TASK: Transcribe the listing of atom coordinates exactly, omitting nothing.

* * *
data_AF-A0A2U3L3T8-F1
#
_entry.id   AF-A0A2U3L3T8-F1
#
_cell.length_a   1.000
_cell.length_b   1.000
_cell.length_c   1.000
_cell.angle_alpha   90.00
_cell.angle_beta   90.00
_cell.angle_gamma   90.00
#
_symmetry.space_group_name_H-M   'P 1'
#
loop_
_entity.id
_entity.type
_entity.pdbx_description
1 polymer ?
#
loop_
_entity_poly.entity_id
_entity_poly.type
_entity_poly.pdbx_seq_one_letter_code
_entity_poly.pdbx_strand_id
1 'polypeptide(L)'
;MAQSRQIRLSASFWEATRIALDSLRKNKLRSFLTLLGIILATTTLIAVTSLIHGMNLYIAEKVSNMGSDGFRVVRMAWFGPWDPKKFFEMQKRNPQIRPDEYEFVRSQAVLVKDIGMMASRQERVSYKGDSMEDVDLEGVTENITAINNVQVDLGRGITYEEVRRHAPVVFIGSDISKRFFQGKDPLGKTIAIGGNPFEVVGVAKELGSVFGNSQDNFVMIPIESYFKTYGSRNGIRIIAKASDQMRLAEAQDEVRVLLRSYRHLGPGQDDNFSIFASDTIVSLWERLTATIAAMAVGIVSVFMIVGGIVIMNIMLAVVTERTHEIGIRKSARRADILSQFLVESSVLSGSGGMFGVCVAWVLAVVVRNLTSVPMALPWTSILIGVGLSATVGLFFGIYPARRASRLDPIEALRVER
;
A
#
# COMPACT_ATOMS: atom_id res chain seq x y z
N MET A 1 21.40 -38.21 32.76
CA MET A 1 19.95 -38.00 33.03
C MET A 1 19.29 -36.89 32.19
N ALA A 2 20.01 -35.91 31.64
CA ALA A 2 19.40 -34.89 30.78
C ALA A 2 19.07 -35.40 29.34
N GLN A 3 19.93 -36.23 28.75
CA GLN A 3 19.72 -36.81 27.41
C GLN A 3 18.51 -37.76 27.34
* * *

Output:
data_AF-A0A2U3L3T8-F1
#
_entry.id   AF-A0A2U3L3T8-F1
#
_cell.length_a   1.000
_cell.length_b   1.000
_cell.length_c   1.000
_cell.angle_alpha   90.00
_cell.angle_beta   90.00
_cell.angle_gamma   90.00
#
_symmetry.space_group_name_H-M   'P 1'
#
loop_
_entity.id
_entity.type
_entity.pdbx_description
1 polymer ?
#
loop_
_entity_poly.entity_id
_entity_poly.type
_entity_poly.pdbx_seq_one_letter_code
_entity_poly.pdbx_strand_id
1 'polypeptide(L)'
;MAQSRQIRLSASFWEATRIALDSLRKNKLRSFLTLLGIILATTTLIAVTSLIHGMNLYIAEKVSNMGSDGFRVVRMAWFGPWDPKKFFEMQKRNPQIRPDEYEFVRSQAVLVKDIGMMASRQERVSYKGDSMEDVDLEGVTENITAINNVQVDLGRGITYEEVRRHAPVVFIGSDISKRFFQGKDPLGKTIAIGGNPFEVVGVAKELGSVFGNSQDNFVMIPIESYFKTYGSRNGIRIIAKASDQMRLAEAQDEVRVLLRSYRHLGPGQDDNFSIFASDTIVSLWERLTATIAAMAVGIVSVFMIVGGIVIMNIMLAVVTERTHEIGIRKSARRADILSQFLVESSVLSGSGGMFGVCVAWVLAVVVRNLTSVPMALPWTSILIGVGLSATVGLFFGIYPARRASRLDPIEALRVER
;
A
#
# COMPACT_ATOMS: atom_id res chain seq x y z
N MET A 1 21.40 -38.21 32.76
CA MET A 1 19.95 -38.00 33.03
C MET A 1 19.29 -36.89 32.19
N ALA A 2 20.01 -35.91 31.64
CA ALA A 2 19.40 -34.89 30.78
C ALA A 2 19.07 -35.40 29.34
N GLN A 3 19.93 -36.23 28.75
CA GLN A 3 19.72 -36.81 27.41
C GLN A 3 18.51 -37.76 27.34